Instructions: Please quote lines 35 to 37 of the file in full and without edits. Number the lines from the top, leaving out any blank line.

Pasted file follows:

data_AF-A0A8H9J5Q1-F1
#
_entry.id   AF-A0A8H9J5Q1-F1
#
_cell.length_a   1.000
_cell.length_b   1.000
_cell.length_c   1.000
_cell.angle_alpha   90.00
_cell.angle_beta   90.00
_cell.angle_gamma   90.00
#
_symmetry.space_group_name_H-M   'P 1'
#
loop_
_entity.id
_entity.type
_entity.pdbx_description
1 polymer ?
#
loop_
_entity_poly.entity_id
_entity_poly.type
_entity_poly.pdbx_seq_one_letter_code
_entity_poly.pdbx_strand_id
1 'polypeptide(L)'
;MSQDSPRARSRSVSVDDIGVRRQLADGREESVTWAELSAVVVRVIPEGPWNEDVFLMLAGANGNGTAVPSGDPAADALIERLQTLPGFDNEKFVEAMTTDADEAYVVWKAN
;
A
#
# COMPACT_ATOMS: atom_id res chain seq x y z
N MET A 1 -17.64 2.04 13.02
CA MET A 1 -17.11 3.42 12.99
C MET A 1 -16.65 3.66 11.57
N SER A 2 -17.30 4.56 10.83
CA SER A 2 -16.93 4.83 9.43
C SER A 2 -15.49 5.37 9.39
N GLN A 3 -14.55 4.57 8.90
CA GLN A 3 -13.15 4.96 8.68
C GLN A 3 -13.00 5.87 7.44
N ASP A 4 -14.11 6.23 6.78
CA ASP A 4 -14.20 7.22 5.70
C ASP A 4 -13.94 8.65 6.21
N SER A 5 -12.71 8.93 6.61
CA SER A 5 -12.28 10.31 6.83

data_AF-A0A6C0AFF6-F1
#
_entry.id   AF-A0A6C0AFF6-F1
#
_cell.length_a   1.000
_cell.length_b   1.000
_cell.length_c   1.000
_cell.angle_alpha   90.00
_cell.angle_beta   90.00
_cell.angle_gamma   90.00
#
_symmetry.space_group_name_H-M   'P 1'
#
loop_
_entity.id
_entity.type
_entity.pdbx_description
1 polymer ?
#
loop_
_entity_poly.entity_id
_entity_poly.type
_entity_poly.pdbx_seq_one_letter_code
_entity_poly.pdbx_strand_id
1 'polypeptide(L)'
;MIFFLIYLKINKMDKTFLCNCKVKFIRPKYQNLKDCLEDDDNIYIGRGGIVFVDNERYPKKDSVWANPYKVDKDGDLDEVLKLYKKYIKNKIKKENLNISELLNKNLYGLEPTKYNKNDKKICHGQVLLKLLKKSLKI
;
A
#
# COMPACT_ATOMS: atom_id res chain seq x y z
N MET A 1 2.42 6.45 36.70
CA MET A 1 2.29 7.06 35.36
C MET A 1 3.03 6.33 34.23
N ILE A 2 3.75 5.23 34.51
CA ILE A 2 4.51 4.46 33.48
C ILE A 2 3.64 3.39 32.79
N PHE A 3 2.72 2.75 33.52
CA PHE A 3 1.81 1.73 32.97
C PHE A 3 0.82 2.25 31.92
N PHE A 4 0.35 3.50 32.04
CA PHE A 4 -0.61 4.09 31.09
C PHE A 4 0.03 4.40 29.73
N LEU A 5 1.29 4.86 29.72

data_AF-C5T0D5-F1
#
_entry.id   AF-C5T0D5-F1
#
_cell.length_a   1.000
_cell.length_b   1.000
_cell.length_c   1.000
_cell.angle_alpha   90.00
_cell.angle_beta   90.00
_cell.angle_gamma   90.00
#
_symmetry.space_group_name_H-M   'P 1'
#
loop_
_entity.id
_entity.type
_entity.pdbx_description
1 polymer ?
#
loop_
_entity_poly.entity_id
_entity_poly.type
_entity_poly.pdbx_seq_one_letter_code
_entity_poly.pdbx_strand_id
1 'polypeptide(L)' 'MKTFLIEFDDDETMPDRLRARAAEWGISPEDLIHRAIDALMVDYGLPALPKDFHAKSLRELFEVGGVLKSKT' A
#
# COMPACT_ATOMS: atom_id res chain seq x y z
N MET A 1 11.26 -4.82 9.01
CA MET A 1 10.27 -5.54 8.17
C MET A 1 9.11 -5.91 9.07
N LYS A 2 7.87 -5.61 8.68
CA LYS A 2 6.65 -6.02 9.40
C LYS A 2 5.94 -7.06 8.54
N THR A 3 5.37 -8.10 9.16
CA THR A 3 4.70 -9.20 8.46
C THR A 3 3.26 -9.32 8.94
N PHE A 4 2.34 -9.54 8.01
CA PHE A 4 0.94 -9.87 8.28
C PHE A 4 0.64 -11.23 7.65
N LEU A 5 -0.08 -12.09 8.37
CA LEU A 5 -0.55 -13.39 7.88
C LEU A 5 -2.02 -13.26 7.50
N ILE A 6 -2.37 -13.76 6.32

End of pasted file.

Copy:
CA SER A 2 -16.93 4.83 9.43
C SER A 2 -15.49 5.37 9.39
N GLN A 3 -14.55 4.57 8.90